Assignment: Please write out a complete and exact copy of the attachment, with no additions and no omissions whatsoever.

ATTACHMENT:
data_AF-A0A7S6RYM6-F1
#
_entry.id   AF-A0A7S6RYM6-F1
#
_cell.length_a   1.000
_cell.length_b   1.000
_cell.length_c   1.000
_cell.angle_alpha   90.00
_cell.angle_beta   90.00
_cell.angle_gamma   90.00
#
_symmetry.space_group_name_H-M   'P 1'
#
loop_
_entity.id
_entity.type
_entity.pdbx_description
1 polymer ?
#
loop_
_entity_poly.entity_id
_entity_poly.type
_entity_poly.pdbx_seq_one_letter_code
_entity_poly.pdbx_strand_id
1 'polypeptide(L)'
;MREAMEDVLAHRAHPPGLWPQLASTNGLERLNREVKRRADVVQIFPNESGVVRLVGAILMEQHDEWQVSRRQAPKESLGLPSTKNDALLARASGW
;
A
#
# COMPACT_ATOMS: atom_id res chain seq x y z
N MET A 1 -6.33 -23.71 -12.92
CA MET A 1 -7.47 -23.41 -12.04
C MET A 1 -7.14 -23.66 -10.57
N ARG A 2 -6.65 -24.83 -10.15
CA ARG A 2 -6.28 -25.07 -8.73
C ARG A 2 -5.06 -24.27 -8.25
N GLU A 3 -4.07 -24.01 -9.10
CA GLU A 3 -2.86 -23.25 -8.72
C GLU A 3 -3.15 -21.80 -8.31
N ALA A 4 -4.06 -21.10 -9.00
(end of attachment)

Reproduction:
data_AF-A0A7S6RYM6-F1
#
_entry.id   AF-A0A7S6RYM6-F1
#
_cell.length_a   1.000
_cell.length_b   1.000
_cell.length_c   1.000
_cell.angle_alpha   90.00
_cell.angle_beta   90.00
_cell.angle_gamma   90.00
#
_symmetry.space_group_name_H-M   'P 1'
#
loop_
_entity.id
_entity.type
_entity.pdbx_description
1 polymer ?
#
loop_
_entity_poly.entity_id
_entity_poly.type
_entity_poly.pdbx_seq_one_letter_code
_entity_poly.pdbx_strand_id
1 'polypeptide(L)'
;MREAMEDVLAHRAHPPGLWPQLASTNGLERLNREVKRRADVVQIFPNESGVVRLVGAILMEQHDEWQVSRRQAPKESLGLPSTKNDALLARASGW
;
A
#
# COMPACT_ATOMS: atom_id res chain seq x y z
N MET A 1 -6.33 -23.71 -12.92
CA MET A 1 -7.47 -23.41 -12.04
C MET A 1 -7.14 -23.66 -10.57
N ARG A 2 -6.65 -24.83 -10.15
CA ARG A 2 -6.28 -25.07 -8.73
C ARG A 2 -5.06 -24.27 -8.25
N GLU A 3 -4.07 -24.01 -9.10
CA GLU A 3 -2.86 -23.25 -8.72
C GLU A 3 -3.15 -21.80 -8.31
N ALA A 4 -4.06 -21.10 -9.00